Culture, Entertainment, History, Music

Dearest….A Reflection or Two on Human Nature

As we’re about to see June, 2023 over the side (Hallelujah! some might say, although the month has been pretty good to me), I thought I’d take a little glimpse into musical history, and see what song was #1 in the USA one-hundred years ago today.

Turns out that the winner is “Dearest,” sung by Nora Bayes:

Lord. Shades of my granny (who’d have been 25 at the time).  It’s the sort of song she’d have loved, singing it to Grandpa’s expert piano accompaniment, with her fingers clasped in front of her at waist height, posture perfect, and in just those plummy tones.

Nora Bayes is, herself, an interesting character, having been born Rachel Goldberg, in 1880, in Chicago, Illinois.  Perhaps because her mother’s name was also Rachel, she was known as Eleanora, a name she shortened for the stage, at the same time as she adopted a not-so-apparently obviously Jewish last name for her performances.

She was a renowned celebrity for her time, and–according to researcher Sarah Whitfield— was the first woman to have a Broadway theater named after her, and was the first to record several iconic hits, including this one:

She is also generally recognized as the first person to have sung–as part of a vaudeville act–this song, which was co-written in 1908 by Jack Norworth, her then-husband (of which Nora had many–then-husbands, that is).  It was recorded later that year by Edward Meeker:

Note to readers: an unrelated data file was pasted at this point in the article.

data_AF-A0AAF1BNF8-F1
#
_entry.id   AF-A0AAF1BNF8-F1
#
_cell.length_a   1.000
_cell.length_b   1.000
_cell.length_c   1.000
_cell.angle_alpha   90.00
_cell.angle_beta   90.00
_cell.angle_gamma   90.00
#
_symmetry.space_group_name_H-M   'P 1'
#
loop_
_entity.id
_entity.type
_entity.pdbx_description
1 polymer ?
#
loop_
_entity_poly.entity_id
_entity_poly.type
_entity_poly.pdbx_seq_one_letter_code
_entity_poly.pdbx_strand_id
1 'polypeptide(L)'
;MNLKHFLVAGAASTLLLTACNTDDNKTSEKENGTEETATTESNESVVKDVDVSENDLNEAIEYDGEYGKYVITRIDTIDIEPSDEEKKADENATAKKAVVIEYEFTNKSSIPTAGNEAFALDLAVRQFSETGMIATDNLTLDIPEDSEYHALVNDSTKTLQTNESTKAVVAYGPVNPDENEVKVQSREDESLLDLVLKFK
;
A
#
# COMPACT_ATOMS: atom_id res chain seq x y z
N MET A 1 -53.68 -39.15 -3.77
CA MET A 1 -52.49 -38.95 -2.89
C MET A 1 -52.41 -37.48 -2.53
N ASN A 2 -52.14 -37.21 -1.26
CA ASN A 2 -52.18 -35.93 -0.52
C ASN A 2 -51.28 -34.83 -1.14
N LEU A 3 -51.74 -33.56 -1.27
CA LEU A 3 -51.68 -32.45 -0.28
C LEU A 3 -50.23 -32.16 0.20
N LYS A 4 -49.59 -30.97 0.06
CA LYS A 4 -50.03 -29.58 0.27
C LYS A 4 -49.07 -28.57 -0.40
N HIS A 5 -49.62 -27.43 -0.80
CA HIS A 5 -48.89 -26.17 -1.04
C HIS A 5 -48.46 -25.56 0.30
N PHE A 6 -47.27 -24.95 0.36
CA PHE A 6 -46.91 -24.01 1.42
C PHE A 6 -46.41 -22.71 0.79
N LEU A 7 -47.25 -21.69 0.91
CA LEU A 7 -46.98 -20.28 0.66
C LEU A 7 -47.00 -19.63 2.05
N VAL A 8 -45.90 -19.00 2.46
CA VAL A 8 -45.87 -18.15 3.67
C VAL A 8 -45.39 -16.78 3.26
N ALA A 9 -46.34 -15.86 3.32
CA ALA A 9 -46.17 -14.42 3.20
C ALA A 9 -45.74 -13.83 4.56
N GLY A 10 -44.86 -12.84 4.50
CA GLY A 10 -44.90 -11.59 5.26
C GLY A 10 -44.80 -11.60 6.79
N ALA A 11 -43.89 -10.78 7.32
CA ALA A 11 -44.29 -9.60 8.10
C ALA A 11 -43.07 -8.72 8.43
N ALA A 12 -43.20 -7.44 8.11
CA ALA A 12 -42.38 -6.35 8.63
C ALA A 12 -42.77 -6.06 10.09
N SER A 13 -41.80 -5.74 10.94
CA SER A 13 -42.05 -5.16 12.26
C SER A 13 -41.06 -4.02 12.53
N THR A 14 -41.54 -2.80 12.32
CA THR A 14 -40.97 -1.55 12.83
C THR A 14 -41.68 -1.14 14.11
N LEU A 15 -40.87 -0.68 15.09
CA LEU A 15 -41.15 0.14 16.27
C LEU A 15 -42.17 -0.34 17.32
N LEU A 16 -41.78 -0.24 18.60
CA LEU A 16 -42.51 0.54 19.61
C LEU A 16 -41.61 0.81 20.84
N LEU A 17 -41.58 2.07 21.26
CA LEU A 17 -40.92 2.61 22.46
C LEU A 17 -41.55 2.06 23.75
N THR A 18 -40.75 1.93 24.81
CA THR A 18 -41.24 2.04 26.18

She is also credited as a co-writer (again in 1908), with Jack Norworth, of this perennial (sung here by one of my faves):

By the time she died in 1928 at the age of only 48, while she was undergoing treatment for cancer, Bayes was on to, and past, her fifth husband and had lived a remarkable life beyond the scope and dreams of even some of the more eccentric and transgressive twenty-first century celebrities.  Whitfield writes:

Bayes refused to obey the social mores that ruled expectations of how women should behave. Her personal life caught the attention of the press: she provided endless headlines for her broken theatre contracts and her five divorces. Her marriages were reported across the globe. On news of her fifth marriage, one Australian newspaper reported her advice to wives: “as soon as one becomes bored, one should secure divorce.” The press hardly knew which was more shocking, her divorces or the fact she had walked out of her contract with Florenz Ziegfeld.  M. Alison Kibler notes that “Bayes relied on her own charisma and popularity as she resisted managerial control and ignored the details of legal contracts.”

One of my favorite movie lines, from one of my favorite movies is spoken by the uptight, genteel missionary, Rose Sayer (Katharine Hepburn) to the ramshackle and usually drunk Charlie Allnut (Humphrey Bogart) in The African Queen.  Bogart has turned up plastered yet again, and is pleading his case on the basis of–e just can’t help it because,  “human nature.”

“Nature, Mr. Allnut,” comes the icy, “is what we are put in this world to rise above.”

If only.

The more things change, the more they stay the same.  

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